Grateful Dead

Shelter From the Storm

A place for healing, helping and advice for those in need.

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johnman's picture
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Joined: Dec 26 2007
spammer

you oughta be ashamed of yourself, putting an add in here in the manner that you did

Hozomeen's picture
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Joined: Jun 22 2007
family favorite

Thanks everybody so much for your comments. It goes a long way. We wanted to share a tune with you guys, one of our family favorites. Go to the following link:

http://panicstream.net/streams/jerry_garcia_band/1974-09-01/player.html

advance to song number 6
the whole show is good...number 4 is also a little different and interesting....number 3 is a good siting in limbo

Thanks again for the good vibes and I hope you enjoy......

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Joined: Nov 21 2007
hozomeen , very touched

I know we got some horror story`s. but wow man , we hope the best for you and your family .. Life has it`s ups and downs , sometimes more downs then ups, but the good times really do out weigh the bad times .. am glad you got to be a daddy to your son .. that time is eriplacable ,,.. oh I agree with cosmicbadger , have you ever thought about writing for a living ? if you write an autobiography i`ll buy it for sure.. Peace , Happiness and best wishes to you and yours !!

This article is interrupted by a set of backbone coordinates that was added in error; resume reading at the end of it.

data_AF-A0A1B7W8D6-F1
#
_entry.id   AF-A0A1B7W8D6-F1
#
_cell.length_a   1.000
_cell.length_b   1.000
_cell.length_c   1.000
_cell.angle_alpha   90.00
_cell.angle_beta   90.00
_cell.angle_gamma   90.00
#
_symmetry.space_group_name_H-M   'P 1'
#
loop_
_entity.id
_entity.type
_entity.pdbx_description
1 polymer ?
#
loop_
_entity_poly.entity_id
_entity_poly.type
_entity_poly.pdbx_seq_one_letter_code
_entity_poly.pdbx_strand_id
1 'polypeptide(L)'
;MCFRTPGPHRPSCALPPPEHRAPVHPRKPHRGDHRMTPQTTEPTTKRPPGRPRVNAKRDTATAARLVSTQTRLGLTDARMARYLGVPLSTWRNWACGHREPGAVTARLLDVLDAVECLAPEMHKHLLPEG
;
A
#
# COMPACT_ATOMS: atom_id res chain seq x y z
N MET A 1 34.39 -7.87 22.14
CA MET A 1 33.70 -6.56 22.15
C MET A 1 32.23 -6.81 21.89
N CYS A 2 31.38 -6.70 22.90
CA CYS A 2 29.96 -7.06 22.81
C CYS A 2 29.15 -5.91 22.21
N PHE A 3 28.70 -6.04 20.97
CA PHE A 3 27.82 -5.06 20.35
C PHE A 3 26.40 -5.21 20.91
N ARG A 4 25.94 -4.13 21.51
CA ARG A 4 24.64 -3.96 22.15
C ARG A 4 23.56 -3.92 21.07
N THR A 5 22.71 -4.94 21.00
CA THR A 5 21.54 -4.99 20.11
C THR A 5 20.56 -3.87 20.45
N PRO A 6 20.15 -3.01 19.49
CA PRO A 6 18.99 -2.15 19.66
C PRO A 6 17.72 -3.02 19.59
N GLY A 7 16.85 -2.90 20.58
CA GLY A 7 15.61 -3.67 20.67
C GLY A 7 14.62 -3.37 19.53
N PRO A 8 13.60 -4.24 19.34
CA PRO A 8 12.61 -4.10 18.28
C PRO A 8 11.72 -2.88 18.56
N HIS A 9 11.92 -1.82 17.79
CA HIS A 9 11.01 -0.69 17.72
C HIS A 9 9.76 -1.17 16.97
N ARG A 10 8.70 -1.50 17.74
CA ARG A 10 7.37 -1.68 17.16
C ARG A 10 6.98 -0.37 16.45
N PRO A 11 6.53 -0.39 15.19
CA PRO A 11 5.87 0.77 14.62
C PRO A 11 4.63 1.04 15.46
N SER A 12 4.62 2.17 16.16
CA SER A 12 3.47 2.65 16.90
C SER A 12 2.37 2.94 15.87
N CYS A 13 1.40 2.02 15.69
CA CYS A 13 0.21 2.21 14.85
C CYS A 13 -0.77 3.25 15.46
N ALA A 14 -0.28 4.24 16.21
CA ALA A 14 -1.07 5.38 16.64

TigerLilly's picture
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Joined: Jul 2 2007
Hi Marjie

I hear you Sister! Similar financial mudhole, different details. Like when your husband was at sea-am alone in another place so that my children can have a life. Peace and love to you and your family.
**********************************
Don't part with your illusions. When they are gone, you will still exist, but you have ceased to live.
Samuel Clemens

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Joined: Mar 2 2008
Hozomeen

Hi, this is Marjie! Thank you all for so many positive vibes--they brought me to tears. I am so glad that other people besides myself get to read my husband's writing. We have hundreds upon hundreds of pages of emails that we sent each other while he was out at sea. What an incredible blessing to be the recipient of such beauty that should be shared as openly as he writes. The story below is one that I wrote just a few days ago. Since I posted that on my blog, things have turned around immensely. I knew it would, but some days just feel desperate after a long and arduous 2007. Thanks again for all of your kind comments.

Title :$1.14 February 27, 2008